Global giants eye $7 billion Kiwi
By GARRY SHEERAN - Sunday Star Times
Under the radar and in many cases under the sea some of the biggest names in global mining are moving in on New Zealand's undeveloped mineral wealth.
Mining giants Rio Tinto and Fortescue Metals, respectively the second and third biggest iron ore producers in the world, are surveying the ore-rich west coast of the North Island, whose shoreline sands are estimated to be worth $26 billion at January 2008 prices.
Fortescue's New Zealand subsidiary FMG Pacific was last month granted two prospecting permits for just over 12,000km2 of coastline both on and offshore running from below the Kaipara Harbour to the top of the North Island.
In April, Fortescue was also granted offshore prospecting permits running north from New Plymouth and comprising 1523km2.
New Zealand's ironsand deposits are the most extensive and the most concentrated in iron in the world. Typical iron content in west coast beach sands is 20-25% iron in weight.
Besides rich iron-ore sands, for which there is huge demand in China for steel making, Fortescue is also surveying for precious metals including lead, zinc, magnesium, silver, aluminium, tin and copper. Meanwhile, Rio Tinto has two applications pending on exploration permits for offshore Taranaki and Waikato.
The undeveloped potential of New Zealand's mineral wealth has moved into the spotlight as the government looks for ways to match this country's standard of living with Australia's often called the "Lucky Country" because of its mineral wealth.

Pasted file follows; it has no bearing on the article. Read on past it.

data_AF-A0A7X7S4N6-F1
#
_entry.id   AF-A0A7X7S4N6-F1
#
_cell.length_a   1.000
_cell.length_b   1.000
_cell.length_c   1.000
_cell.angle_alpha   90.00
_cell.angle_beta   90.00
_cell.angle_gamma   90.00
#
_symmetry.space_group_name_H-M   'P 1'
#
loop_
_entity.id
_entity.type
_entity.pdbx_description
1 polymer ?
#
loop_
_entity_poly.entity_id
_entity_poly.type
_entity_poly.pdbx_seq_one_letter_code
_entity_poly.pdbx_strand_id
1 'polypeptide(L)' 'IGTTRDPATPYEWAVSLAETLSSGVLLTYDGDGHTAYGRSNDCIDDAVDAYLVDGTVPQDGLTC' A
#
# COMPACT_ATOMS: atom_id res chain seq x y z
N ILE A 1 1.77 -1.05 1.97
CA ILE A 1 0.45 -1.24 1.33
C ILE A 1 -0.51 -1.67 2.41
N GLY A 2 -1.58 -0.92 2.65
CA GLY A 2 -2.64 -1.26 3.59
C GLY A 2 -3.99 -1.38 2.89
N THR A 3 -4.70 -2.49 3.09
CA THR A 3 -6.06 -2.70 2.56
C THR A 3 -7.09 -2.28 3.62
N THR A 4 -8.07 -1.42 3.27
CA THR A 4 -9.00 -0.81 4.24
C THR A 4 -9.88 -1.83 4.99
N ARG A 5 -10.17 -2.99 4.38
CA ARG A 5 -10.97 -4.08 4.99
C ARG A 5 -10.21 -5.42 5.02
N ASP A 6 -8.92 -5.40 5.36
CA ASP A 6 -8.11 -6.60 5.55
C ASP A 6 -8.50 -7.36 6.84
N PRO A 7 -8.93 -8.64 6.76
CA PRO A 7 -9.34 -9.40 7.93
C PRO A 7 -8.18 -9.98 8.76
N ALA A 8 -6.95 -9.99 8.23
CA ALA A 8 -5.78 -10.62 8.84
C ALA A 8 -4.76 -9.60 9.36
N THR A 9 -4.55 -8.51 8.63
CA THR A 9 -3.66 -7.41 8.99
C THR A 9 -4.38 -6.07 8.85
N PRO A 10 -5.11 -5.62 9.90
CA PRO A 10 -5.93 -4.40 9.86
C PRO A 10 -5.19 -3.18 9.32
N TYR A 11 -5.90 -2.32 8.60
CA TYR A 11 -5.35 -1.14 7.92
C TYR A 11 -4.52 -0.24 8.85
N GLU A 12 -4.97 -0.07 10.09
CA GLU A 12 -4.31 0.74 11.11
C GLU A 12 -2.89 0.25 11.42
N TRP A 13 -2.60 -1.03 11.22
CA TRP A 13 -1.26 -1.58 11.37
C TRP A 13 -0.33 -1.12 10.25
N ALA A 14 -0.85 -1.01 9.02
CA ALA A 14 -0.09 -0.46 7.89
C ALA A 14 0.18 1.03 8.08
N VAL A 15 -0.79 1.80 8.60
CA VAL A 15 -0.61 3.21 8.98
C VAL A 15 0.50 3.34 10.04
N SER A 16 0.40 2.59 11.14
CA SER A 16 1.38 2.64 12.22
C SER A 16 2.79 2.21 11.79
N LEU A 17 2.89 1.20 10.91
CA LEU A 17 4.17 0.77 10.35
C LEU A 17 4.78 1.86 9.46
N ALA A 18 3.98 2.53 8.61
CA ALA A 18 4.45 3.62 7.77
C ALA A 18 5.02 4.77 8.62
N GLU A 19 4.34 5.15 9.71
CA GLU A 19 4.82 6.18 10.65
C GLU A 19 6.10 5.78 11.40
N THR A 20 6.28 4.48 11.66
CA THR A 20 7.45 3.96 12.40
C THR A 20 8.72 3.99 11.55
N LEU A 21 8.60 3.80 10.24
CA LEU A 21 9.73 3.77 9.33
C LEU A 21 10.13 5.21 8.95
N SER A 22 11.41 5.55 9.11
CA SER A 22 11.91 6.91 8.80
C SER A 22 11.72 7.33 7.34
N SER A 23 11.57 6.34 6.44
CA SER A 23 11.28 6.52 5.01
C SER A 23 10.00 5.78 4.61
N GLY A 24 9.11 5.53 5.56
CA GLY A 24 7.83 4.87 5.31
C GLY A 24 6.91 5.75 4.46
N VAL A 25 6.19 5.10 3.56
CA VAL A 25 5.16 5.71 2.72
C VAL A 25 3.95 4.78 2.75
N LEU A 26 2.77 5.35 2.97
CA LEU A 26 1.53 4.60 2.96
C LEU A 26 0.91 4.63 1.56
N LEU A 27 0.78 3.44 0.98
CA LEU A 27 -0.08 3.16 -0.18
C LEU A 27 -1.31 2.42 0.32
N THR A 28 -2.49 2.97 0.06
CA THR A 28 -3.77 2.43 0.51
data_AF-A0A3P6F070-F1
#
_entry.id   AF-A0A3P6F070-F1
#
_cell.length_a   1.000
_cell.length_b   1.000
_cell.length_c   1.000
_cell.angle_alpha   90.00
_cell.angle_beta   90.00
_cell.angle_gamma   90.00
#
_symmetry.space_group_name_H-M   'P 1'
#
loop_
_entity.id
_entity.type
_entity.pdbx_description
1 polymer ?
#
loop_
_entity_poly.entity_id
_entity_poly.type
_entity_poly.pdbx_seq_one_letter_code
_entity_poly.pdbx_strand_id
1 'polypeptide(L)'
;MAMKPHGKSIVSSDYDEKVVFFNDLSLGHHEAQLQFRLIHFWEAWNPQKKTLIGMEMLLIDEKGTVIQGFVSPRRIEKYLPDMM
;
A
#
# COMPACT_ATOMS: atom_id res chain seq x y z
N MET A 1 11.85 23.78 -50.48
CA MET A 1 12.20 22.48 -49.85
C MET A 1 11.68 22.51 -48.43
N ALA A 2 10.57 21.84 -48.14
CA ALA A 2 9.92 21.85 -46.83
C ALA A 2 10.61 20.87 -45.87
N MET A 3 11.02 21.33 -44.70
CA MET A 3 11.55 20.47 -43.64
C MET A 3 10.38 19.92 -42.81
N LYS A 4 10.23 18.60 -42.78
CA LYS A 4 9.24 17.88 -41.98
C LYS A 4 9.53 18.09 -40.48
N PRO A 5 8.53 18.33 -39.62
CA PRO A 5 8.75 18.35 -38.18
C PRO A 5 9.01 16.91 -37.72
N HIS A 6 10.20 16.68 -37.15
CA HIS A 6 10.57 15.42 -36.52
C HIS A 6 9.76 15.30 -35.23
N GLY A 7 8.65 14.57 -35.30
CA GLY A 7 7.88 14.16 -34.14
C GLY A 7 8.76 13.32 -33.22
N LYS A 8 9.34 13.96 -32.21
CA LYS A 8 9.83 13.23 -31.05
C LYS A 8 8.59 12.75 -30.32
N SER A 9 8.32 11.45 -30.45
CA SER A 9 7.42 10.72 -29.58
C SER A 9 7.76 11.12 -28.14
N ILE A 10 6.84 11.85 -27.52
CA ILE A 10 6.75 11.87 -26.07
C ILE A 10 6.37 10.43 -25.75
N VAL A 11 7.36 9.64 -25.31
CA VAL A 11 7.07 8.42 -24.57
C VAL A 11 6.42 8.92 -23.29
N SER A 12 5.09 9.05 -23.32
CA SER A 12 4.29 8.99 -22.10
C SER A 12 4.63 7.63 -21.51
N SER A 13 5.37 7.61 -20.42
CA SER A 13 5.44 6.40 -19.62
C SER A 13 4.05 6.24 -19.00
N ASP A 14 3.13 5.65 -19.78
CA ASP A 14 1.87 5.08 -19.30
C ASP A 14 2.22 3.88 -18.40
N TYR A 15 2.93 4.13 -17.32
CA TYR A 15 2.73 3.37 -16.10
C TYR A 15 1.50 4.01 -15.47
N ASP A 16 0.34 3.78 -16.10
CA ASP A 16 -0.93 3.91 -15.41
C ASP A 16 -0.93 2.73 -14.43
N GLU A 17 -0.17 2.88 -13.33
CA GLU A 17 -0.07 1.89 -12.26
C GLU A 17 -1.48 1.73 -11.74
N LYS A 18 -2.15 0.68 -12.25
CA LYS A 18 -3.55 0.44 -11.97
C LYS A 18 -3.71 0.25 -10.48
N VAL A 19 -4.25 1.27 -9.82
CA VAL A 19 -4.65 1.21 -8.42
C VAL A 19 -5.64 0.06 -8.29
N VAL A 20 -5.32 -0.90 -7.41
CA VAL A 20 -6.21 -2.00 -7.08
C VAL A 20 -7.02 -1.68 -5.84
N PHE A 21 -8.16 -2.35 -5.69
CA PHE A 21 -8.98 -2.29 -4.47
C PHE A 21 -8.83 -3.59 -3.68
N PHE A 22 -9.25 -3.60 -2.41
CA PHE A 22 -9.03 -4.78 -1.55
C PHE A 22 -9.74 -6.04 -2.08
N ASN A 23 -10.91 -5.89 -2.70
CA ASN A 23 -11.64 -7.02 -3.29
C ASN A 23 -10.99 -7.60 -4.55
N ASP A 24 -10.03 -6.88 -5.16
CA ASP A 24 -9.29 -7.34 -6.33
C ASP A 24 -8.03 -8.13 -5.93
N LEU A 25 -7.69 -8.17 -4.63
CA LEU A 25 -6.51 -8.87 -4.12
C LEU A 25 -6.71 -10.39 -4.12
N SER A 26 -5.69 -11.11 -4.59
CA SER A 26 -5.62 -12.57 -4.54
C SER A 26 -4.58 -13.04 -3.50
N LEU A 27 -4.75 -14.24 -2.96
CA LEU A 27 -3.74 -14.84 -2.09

A total 70% of New Zealand's mineral wealth is on or in conservation lands and the government has asked Crown Minerals to review areas with significant mineral potential that could be worth millions if removed from Department of Conservation control.
Already there's talk of a minerals boom in New Zealand after nearly two decades when exploration spending and the rate mineral permit and licence applications have remained at a low level.
But, says mining analyst John Kidd, the minerals rush has already begun in those parts of New Zealand not under the conservation estate, and where prospectivity is good.
"Quietly, and for the most part out of the public gaze, some really big names are already here, and they are very serious about the potential in our iron sands," says Kidd, of brokers McDouall Stuart.
Another mining analyst said: "The whole process is a lot further advanced than many Kiwis think, and it is in areas available for exploration now." The west coasts of both islands are being targeted, with almost the entire North
Island west coast now under
The permits run for up to five years. During that time, the mining companies will be mapping sea beds and taking samples, says Kidd. If they decide to mine, they will then have to apply for mining licences and go through extensive resource consent processes.
However, he says some of the numbers now being talked about show rich prizes, not just for the mining companies but also for New Zealand.
Kidd says a significant, but "very feasible" mining operation could produce up to 50 million tonnes of iron sands a year. "That's a top-end figure, but it's what is being talked about."
With iron ore prices around $US100 a tonne, that would mean just one successful iron ore project could earn up to $7 billion a year at current forex rates, enough to halve New Zealand's balance of payments deficit.
"The impact of the Tui oil field on New Zealand's external account during 2007-08 is part testament to what can happen, and Tui was not a large field by international standards," Kidd says.